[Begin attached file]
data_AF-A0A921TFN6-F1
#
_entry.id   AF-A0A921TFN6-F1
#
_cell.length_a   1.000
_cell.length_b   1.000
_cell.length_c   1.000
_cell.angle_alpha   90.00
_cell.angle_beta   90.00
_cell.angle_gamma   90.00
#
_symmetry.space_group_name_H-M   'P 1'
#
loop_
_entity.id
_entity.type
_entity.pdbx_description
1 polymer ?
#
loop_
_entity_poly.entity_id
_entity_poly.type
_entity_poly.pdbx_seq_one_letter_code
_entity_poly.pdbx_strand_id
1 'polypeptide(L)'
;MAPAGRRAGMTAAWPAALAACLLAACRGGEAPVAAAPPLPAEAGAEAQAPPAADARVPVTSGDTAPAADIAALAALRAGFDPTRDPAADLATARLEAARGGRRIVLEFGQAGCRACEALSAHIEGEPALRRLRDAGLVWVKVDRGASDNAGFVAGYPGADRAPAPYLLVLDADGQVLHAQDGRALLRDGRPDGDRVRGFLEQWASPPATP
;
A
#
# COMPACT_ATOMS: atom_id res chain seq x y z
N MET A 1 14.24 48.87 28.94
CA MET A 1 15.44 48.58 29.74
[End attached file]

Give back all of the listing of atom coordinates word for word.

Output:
data_AF-A0A921TFN6-F1
#
_entry.id   AF-A0A921TFN6-F1
#
_cell.length_a   1.000
_cell.length_b   1.000
_cell.length_c   1.000
_cell.angle_alpha   90.00
_cell.angle_beta   90.00
_cell.angle_gamma   90.00
#
_symmetry.space_group_name_H-M   'P 1'
#
loop_
_entity.id
_entity.type
_entity.pdbx_description
1 polymer ?
#
loop_
_entity_poly.entity_id
_entity_poly.type
_entity_poly.pdbx_seq_one_letter_code
_entity_poly.pdbx_strand_id
1 'polypeptide(L)'
;MAPAGRRAGMTAAWPAALAACLLAACRGGEAPVAAAPPLPAEAGAEAQAPPAADARVPVTSGDTAPAADIAALAALRAGFDPTRDPAADLATARLEAARGGRRIVLEFGQAGCRACEALSAHIEGEPALRRLRDAGLVWVKVDRGASDNAGFVAGYPGADRAPAPYLLVLDADGQVLHAQDGRALLRDGRPDGDRVRGFLEQWASPPATP
;
A
#
# COMPACT_ATOMS: atom_id res chain seq x y z
N MET A 1 14.24 48.87 28.94
CA MET A 1 15.44 48.58 29.74